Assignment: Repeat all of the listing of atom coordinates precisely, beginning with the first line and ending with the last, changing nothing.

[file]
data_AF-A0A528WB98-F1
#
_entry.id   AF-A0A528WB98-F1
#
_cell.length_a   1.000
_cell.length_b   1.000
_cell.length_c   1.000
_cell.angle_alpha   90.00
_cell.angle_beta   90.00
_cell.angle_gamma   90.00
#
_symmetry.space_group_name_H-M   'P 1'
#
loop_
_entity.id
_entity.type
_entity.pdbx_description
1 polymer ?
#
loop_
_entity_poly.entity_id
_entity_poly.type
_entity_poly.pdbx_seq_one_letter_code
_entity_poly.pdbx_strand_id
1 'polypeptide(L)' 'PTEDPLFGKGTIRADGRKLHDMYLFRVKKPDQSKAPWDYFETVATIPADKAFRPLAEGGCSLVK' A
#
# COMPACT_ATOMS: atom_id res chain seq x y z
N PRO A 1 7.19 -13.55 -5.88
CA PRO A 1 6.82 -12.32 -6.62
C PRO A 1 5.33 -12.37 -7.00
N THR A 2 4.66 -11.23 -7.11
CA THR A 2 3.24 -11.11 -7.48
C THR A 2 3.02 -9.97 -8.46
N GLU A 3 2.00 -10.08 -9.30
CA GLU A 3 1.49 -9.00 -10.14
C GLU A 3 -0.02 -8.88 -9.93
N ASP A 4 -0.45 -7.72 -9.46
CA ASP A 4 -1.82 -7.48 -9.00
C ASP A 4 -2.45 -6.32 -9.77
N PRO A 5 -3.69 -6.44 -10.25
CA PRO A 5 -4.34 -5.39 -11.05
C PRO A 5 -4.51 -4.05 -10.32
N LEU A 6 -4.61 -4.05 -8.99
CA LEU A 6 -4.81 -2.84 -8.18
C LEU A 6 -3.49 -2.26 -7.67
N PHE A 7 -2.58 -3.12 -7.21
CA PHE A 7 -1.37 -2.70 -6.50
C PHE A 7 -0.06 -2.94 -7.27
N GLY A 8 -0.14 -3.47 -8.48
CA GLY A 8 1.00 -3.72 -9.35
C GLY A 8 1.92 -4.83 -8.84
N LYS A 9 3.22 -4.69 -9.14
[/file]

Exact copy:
data_AF-A0A528WB98-F1
#
_entry.id   AF-A0A528WB98-F1
#
_cell.length_a   1.000
_cell.length_b   1.000
_cell.length_c   1.000
_cell.angle_alpha   90.00
_cell.angle_beta   90.00
_cell.angle_gamma   90.00
#
_symmetry.space_group_name_H-M   'P 1'
#
loop_
_entity.id
_entity.type
_entity.pdbx_description
1 polymer ?
#
loop_
_entity_poly.entity_id
_entity_poly.type
_entity_poly.pdbx_seq_one_letter_code
_entity_poly.pdbx_strand_id
1 'polypeptide(L)' 'PTEDPLFGKGTIRADGRKLHDMYLFRVKKPDQSKAPWDYFETVATIPADKAFRPLAEGGCSLVK' A
#
# COMPACT_ATOMS: atom_id res chain seq x y z
N PRO A 1 7.19 -13.55 -5.88
CA PRO A 1 6.82 -12.32 -6.62
C PRO A 1 5.33 -12.37 -7.00
N THR A 2 4.66 -11.23 -7.11
CA THR A 2 3.24 -11.11 -7.48
C THR A 2 3.02 -9.97 -8.46
N GLU A 3 2.00 -10.08 -9.30
CA GLU A 3 1.49 -9.00 -10.14
C GLU A 3 -0.02 -8.88 -9.93
N ASP A 4 -0.45 -7.72 -9.46
CA ASP A 4 -1.82 -7.48 -9.00
C ASP A 4 -2.45 -6.32 -9.77
N PRO A 5 -3.69 -6.44 -10.25
CA PRO A 5 -4.34 -5.39 -11.05
C PRO A 5 -4.51 -4.05 -10.32
N LEU A 6 -4.61 -4.05 -8.99
CA LEU A 6 -4.81 -2.84 -8.18
C LEU A 6 -3.49 -2.26 -7.67
N PHE A 7 -2.58 -3.12 -7.21
CA PHE A 7 -1.37 -2.70 -6.50
C PHE A 7 -0.06 -2.94 -7.27
N GLY A 8 -0.14 -3.47 -8.48
CA GLY A 8 1.00 -3.72 -9.35
C GLY A 8 1.92 -4.83 -8.84
N LYS A 9 3.22 -4.69 -9.14